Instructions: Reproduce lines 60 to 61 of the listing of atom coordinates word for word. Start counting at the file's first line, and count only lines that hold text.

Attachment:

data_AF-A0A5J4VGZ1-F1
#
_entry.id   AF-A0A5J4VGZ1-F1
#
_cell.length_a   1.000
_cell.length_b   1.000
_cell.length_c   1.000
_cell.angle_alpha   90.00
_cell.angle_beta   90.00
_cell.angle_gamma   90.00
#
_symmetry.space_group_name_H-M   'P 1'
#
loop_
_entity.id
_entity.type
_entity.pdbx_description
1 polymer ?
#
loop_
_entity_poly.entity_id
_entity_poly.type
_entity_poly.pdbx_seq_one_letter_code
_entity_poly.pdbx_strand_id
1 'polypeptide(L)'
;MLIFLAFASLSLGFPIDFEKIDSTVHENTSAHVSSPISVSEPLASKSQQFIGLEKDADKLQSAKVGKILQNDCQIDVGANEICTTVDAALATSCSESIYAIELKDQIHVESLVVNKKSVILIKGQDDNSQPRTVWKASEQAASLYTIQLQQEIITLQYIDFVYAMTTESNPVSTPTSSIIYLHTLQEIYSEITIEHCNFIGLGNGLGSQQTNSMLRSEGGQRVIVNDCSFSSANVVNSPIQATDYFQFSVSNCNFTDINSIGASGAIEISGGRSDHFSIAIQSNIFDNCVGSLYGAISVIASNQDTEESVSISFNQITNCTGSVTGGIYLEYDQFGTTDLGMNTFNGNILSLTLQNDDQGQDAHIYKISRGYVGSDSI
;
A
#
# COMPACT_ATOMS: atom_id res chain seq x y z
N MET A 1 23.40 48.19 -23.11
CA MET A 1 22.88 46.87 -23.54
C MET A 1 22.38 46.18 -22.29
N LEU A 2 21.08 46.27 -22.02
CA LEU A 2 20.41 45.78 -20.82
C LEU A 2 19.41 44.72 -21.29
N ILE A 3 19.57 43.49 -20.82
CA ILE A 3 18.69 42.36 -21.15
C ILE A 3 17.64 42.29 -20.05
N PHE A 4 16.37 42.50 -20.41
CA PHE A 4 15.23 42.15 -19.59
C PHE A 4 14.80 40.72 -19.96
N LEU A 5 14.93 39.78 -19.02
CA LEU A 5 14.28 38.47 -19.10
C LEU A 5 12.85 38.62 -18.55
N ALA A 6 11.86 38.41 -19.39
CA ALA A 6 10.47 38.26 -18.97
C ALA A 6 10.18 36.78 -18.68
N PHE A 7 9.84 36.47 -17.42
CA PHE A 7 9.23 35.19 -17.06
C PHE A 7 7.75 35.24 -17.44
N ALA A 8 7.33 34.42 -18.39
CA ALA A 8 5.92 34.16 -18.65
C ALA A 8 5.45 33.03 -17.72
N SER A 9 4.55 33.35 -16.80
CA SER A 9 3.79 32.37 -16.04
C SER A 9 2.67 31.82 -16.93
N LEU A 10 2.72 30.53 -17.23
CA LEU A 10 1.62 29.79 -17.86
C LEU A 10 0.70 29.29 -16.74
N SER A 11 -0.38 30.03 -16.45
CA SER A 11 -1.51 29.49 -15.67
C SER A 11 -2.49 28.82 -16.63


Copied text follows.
C LEU A 10 0.70 29.29 -16.74
N SER A 11 -0.38 30.03 -16.45